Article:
• Self-assessment.  The FCA guidance asks 39 ‘key questions’ of firms against the four outcomes within the non-Handbook guidance.  Perform an assessment of current state, using a 5 point rating scale, in order to gain a baseline and identify priority focus areas.
  • Product and service design review.  Deep-dive into current product and service manufacturing processes and evaluate alignment to good and poor practices set out in the guidance.  Identify opportunities to improve or even transform processes, enabled by data and tech for efficiency and accuracy.
  • Customer journey audit. Perform review of customer touchpoints within the journeys to assess how fully they meet the guidance.  An outside-in perspective is key and consider customer research to either complement or substitute analytics and voice of customer data.

Data is the primary enabler to meeting Consumer Duty requirements.  Firms who do not have a data strategy or data skills in–house should seek help from a specialist in this field.  A data maturity assessment would be one starting point for such an engagement.

Space for innovation

Consumer Duty also presents some real space in which firms could genuinely innovate and create a competitive advantage.  For example, a suitability or vulnerability assessment could be an automated, data driven process that continuously improves through a machine learning model.  The same could be said for fair value assessments. And being fully transparent with consumers on these will help build levels of trust and loyalty, and encourage consent for more data sharing.

It will be fascinating to see the changes that emerge across the industry as a result of the forthcoming regulation.

Monstarlab specialises in creating delightful customer experiences through human-centred product and service design.  We help organisations accelerate their innovation and build inspiring products and services powered by data. We can support firms in taking the practical steps described above as they prepare for Consumer Duty.

Get in touch today to see how David can help your business:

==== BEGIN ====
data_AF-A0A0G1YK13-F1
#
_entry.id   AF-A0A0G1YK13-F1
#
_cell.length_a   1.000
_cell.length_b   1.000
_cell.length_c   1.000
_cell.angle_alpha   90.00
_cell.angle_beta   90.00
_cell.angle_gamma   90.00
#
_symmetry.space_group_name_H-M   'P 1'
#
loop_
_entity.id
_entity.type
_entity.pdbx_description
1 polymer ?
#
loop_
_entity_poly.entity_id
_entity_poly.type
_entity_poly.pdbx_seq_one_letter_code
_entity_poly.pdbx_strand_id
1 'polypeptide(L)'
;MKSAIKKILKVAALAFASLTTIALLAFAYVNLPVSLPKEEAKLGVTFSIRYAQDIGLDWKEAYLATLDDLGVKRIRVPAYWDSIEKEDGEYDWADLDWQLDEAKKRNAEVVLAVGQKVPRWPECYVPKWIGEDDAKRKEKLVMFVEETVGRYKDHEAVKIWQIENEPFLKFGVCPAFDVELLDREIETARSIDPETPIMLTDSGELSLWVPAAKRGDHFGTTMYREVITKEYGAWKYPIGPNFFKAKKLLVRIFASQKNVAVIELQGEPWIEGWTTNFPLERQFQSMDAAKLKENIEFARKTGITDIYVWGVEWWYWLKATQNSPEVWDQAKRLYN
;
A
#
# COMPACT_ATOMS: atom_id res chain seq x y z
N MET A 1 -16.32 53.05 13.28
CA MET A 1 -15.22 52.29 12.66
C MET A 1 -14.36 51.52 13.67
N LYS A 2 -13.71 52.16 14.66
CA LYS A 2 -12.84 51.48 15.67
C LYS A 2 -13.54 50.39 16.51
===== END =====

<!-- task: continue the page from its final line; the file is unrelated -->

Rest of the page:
David Titterton
UK Engagement Director
Monstarlab
david.titterton@monstar-lab.com

References:

  1. Financial Conduct Authority. 2022. FG22/5 Final non-Handbook Guidance for firms on the Consumer Duty [online]. Available at: https://www.fca.org.uk/publication/finalised-guidance/fg22-5.pdf

Related content: 

Helping Banks Navigate the Digital Disruption.

Online Banking and Financial Service Trends to Explore for 2022.

About Monstarlab 

Monstarlab is a digital experience partner focused on accelerating growth for ambitious clients. We achieve this through our human-centred design and engineering expertise, our open partnership approach and our extensive network of global talent. 

©2022 Monstarlab. All Rights Reserved

Author

David Titterton

David Titterton

Engagement Director

As Engagement Director at Monstarlab, David has broad experience of shaping and delivering tech solutions, products and business services into banking, insurance and other industries. He is curious and inspired in how tech might make lives better and is a commercially focussed individual with deep experience in growing client and partner relationships at all levels within start-ups, scale-ups and global enterprises. His previous experience is in providing strategy, ops, solutions consulting - identifying and seizing opportunities to accelerate business growth through tech-enabled change, working with highly respected blue-chips and multinationals.